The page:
A solid dot on a map indicates that the species was recorded in that square since 2000. The solid blue dots show records from 2000-2009, orange dots show records from 2010-2019 and red dots show the records from 2020 onwards. If the checkbox is selected, dots for any new squares added since 2020 to a species map will flash. A hollow blue-green dot indicates that the most recent record held for the square is pre-2000. You can choose to display the distribution for any of 9 periods: all years, pre-2020, pre-2010, pre-2000, 2000-2009, 2010-2019, since 2020, since 2010 or since 2000. To change this you can use the drop-down list in the period selection choice box, and in some browsers you can also use the mouse wheel when the cursor is over this box. The year chart is based on all records whichever distribution is displayed. The same period options are available for the initial species density map.

Year charts

The year chart in the species details panel shows relative numbers of records in 3 date periods per month (1st - 10th, 11th - 20th, and 21st - end). Solid black bars indicate records of adults, open brown bars indicate non-adult records: eggs, larvae, pupae, larval or pupal cases, distinctive feeding signs such as leaf mines etc. Open grey bars indicate unspecified/unavailable/unrecognised record type. Position the mouse pointer over a period in the chart to see the numbers of records for that period. Note: because each type of bar has a minimum height for visibility, a few records of each type can result in a taller combined bar than a lot of records of one type only.

2Km distribution, Number of Years and Date Period options

Instead of the 10Km scale species distribution map you can select:

With data from several sources there was some duplication of records. This would not affect the species maps but the overall year charts and the date period by year record counts would have some higher values as a result of duplicate records. Because of this, possible duplicates were ignored; there were more than a million of these at 10Km scale.

For the species density map both the number of years and date period by year options show a list of the south west region vice-counties, over a blank map. If the VC boundaries map option is selected, the vice-county numbers are also shown on this map.

For protected species only 10Km scale distribution is shown, even if 2Km scale records were available.

Species UK status and other information

UK national status data for our resident macro-moths was updated in 2019 and published in the Atlas of Britain and Ireland's Larger Moths; this uses IUCN regional Red List categories. The status of micro-moths was updated in January 2012 in Butterfly Conservation Report No. S12-02, which uses earlier Red Data Book and Scarce categories. The maps use these published status ratings with few amendments, e.g. following checklist changes.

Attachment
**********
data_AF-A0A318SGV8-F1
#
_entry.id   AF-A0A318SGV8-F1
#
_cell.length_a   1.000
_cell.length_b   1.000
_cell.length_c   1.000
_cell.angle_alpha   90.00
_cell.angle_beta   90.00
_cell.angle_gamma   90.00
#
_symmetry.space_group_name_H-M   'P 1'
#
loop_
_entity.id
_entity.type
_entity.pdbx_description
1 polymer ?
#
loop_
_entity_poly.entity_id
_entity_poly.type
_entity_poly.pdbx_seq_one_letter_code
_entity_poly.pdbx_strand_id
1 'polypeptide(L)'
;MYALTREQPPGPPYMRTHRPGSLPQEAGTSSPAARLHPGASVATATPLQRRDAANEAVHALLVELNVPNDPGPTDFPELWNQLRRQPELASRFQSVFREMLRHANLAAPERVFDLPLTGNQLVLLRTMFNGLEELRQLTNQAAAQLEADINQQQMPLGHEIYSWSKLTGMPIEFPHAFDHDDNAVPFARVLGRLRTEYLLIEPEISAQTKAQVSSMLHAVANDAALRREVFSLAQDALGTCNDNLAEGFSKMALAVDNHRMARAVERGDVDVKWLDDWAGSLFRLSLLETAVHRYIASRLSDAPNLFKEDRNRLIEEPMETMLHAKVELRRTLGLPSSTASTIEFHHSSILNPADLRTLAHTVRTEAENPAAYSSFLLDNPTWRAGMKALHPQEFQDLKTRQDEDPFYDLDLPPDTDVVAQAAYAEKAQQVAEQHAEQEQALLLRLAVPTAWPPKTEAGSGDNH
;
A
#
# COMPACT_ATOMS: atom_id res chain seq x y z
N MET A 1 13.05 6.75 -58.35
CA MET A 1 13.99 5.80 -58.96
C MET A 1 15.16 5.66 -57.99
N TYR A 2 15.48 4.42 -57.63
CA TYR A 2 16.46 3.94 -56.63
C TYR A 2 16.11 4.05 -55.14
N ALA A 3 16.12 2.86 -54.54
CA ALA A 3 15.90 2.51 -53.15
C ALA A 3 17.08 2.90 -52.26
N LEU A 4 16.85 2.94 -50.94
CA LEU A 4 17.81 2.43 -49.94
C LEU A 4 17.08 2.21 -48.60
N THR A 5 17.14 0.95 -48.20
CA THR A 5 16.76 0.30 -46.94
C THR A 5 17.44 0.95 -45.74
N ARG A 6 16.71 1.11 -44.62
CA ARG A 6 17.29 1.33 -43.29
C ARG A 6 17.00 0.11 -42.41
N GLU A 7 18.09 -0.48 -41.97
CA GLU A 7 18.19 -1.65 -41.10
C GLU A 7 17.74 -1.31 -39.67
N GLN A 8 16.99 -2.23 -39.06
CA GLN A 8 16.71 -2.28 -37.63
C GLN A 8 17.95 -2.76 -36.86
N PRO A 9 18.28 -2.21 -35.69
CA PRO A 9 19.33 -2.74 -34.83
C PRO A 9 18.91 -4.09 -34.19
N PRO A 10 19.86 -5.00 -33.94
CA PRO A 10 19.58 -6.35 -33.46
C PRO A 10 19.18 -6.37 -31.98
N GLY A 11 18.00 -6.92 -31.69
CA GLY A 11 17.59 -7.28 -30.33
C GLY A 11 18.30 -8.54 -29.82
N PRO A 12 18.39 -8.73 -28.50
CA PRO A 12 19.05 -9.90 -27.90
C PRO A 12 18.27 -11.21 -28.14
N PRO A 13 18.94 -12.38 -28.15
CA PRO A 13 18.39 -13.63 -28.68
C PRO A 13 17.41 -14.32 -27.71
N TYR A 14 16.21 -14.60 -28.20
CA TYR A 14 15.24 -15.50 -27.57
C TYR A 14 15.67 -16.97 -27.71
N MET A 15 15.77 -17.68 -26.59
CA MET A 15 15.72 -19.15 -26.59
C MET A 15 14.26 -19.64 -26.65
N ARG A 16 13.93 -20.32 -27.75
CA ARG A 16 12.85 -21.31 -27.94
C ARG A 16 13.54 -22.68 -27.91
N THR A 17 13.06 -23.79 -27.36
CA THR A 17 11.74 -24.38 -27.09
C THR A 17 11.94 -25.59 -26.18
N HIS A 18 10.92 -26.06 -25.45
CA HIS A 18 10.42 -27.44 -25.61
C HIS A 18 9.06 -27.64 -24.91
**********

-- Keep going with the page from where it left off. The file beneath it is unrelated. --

The abbreviations used here for micro-moths are given in the table below. If selected, the rare & scarce species option includes the categories from RDB1 down to Nb.

RDB1 Red Data Book category 1: Endangered species with a single population in one 10Km OS grid square in the UK, or in rapid decline and found in at most 5 10Km squares
RDB2 Red Data Book category 2: Vulnerable species found in at most 10 10Km squares
RDB3 Red Data Book category 3: Rare species found in 11 - 15 10Km squares
pRDBn Provisionally RDBn, yet to be ratified
RDBK Thought to be RDB status, but insufficient knowledge
Na Notable a (Nationally Scarce A): Scarce species found in 16 - 30 10Km squares
Nb Notable b (Nationally Scarce B): Scarce species found in 31 - 100 10Km squares
BAP Biodiversity Action Plan / NERC Act (2006) Section 41 priority species for action. BAP status is independent of any RDB/Na/Nb rating
BAP(R) Biodiversity Action Plan declining species for which research is needed
Local Species found in 101 - 300 10Km squares
Common Species found in more than 300 10Km squares
Migrant Occurs as a result of immigration; may have colonised in the UK
Adventive Occurs as a result of accidental or deliberate import; may have colonised

The abbreviations used here for macro-moths are given in the table below. Most migrants, adventives and those long extinct in the UK were not assessed in the 2019 review, and their status is described on their map. For macros, the rare & scarce species option includes resident & colonising species recorded from at most 100 UK 10Km squares in 2000-2016.

RERegionally Extinct. No confirmed records in Great Britain and Ireland for many years
CR(PE)Critically Endangered, Possibly Extinct. Threatened by extremely high risk of regional extinction
CRCritically Endangered. Threatened by extremely high risk of regional extinction
ENEndangered. Threatened by very high risk of regional extinction
VUVulnerable. Threatened by high risk of regional extinction
NTNear Threatened. Close to qualifying for one of the threatened categories and/or likely to qualify for one in the near future
LCLeast Concern.
DDData Deficient. Status uncertain because of insufficient data on abundance and/or distribution